A blind date with Dating Deacons

The Dating Deacons organization sparks romance among Wake Forest students


Courtesy of Dating Deacons

Dating Deacons announces their fundraising total for Fall 2021.

Chase Bagnall-Koger, Features Editor

 In 2019, senior Ted Middleton attended a dinner with then-Wake Forest president Nathan Hatch and his wife, Julia Hatch. After switching around the table’s place cards to sit next to the Hatches, Middleton was able to pitch them his idea for a new organization — Dating Deacons, which now offers students “blind dating that supports the blind.”

“I pitched them the idea for it and Julia Hatch was obsessed with it. Hearing that the president’s wife supported it made it go from a funny idea to ‘Oh wait, this is something I’m actually gonna do.’” Middleton said. 

As the idea for the on-campus dating service began to take form, Middleton recruited a team of “matchmakers’’ to help pair students together in a way that would foster genuine connections on dates. Dating Deacons chose to partner with OneSight — a non-profit organization that provides vision care around the world — to fulfill the ‘supporting the blind’ slogan. 

With the help of its social media team, Dating Deacons has rapidly grown in size over the past two years. Their Instagram page, 

@datingdeacons, regularly posts humorous promotional videos; a few are modeled after Superbowl commercials, while others are memes One even reads, ‘last chance not to be lonely!’. Last fall, 16% of Wake Forest students participated in at least one Dating Deacons event. 

“We’ve been trying to grow our social media so that our brand is something that people want to follow for content, not just because it’s a dating service,” Middleton said. 

Since its launch at Wake Forest, Dating Deacons has expanded to a total of nine college campuses under different names that reflect the school’s brand. For example, the name of the same program at the University of North Carolina is ‘Carolina Cupid.’ Generally, Dating Deacons picks schools that have features similar to Wake Forest, like a tight-knit community with many different social groups. 

To participate in Dating Deacons, participants fill out an online questionnaire about their personality, interests and preferences. However, the survey questions are unlike those seen on popular dating sites; one of them reads ‘Do you pee in the shower?’ and is immediately succeeded by a follow-up question, ‘Did you lie on the last question?’.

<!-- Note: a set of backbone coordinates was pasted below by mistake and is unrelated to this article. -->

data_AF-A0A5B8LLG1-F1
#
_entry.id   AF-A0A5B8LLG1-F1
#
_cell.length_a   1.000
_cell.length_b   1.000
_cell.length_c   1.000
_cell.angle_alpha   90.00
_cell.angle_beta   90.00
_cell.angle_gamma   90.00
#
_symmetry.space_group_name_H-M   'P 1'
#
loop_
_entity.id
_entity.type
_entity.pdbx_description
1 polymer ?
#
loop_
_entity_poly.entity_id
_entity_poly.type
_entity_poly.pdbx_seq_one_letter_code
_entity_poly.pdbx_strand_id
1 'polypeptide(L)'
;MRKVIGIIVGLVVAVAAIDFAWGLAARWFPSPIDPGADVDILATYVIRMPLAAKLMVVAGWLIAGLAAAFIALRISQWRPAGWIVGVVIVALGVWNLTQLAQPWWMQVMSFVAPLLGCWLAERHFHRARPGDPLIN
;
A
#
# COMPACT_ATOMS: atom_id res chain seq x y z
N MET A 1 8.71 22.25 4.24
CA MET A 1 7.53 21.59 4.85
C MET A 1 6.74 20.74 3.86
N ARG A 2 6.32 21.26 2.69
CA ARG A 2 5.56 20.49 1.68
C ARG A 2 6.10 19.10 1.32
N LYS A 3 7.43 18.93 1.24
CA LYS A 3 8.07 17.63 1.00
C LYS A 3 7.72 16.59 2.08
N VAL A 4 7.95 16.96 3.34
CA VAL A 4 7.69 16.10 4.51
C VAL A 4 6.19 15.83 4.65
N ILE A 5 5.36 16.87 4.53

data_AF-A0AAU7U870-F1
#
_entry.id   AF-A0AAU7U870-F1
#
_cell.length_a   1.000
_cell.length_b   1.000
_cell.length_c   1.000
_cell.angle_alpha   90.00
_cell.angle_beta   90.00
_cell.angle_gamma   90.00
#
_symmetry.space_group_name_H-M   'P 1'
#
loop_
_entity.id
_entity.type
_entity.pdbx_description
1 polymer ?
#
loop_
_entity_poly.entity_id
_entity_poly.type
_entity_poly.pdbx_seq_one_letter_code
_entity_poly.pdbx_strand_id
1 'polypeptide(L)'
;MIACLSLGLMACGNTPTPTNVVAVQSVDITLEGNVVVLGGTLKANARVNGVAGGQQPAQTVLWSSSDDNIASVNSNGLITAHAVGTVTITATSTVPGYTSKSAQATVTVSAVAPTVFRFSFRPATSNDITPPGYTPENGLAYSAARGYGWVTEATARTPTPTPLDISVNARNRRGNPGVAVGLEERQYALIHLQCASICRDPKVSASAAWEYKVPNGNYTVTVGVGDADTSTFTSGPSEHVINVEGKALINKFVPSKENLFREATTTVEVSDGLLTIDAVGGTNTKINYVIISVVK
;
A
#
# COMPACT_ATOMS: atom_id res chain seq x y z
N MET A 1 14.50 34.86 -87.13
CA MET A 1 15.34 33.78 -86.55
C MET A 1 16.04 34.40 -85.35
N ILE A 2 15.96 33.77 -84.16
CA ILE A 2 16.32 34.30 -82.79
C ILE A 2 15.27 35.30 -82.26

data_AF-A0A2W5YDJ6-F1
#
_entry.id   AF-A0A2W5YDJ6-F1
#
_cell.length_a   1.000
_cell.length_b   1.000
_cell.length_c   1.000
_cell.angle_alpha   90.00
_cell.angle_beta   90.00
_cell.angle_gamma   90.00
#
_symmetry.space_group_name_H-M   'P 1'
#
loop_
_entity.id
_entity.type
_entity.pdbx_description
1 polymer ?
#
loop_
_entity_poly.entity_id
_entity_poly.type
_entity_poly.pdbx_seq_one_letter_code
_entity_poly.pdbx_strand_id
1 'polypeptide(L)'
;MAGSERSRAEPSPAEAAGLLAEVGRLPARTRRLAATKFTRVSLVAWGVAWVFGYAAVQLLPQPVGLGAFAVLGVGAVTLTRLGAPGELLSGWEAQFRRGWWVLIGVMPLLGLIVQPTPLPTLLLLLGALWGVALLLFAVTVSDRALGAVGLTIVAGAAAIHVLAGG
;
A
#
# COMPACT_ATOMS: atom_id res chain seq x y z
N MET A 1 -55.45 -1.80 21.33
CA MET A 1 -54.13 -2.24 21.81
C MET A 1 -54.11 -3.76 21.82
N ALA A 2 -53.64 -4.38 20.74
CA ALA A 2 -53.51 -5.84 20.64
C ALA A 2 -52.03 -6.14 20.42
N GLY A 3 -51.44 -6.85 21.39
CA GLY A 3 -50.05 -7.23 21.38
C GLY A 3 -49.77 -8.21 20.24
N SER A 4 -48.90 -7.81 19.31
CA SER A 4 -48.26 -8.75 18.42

Based on the responses recorded on the application, an algorithm matches up students who likely would get along well with each other. Different questions are weighted differently within the algorithm to ensure the best quality matches are made.

Virginia Wooten, co-president of Dating Deacons, notes that although the algorithm is a sophisticated way to connect the couples, human ‘matchmakers’ always have the final say in who is paired with whom. 

“Last year, during finals season, I went on a Dating Deacons double date with two people I had never met before,” co-president Lawson Morris said. “Turns out we had a ton of mutual friends and we stayed at the restaurant for such a long time getting to know each other. It was so fun.” 

Though the word ‘dating’ is in the namesake of the organization, Wooten and Morris explain that part of what makes their club unique is that they have redefined the concept of dating to remove the requirement of romantic attraction. 

“When people think of dating, there may be a lot of pressure to make it a romantic thing, but we have made it more of a social experience,” Wooten said. 

Recently, Dating Deacons has transitioned to offering only double dates through their program. Students can sign up with a friend to meet another pair of people on a date either on or off-campus. Middleton explained that this was motivated both by a desire to increase participant satisfaction and to ensure that the environment remains as safe as possible. The ‘exit survey’ from the program revealed that the average rating of an individual date last year was 7.3, while the mean rating of a double date was 9.1. Also, participants felt that having a familiar face nearby may make a blind date feel less risky and more enjoyable. 

Although Dating Deacons has remained fully operational throughout the pandemic, current university policies may allow for more in-person group events — perhaps speed-dating along with the ongoing on-campus sign-up and informational tabling. 

“Dating Deacons is going to long outlast me at Wake Forest, and I’m so excited to see the future of it,” Middleton said. 

Correction Jan. 28 at 11:20 a.m.; A previous version of this story referred to Dating Deacons President Ted Middleton as “Tom”.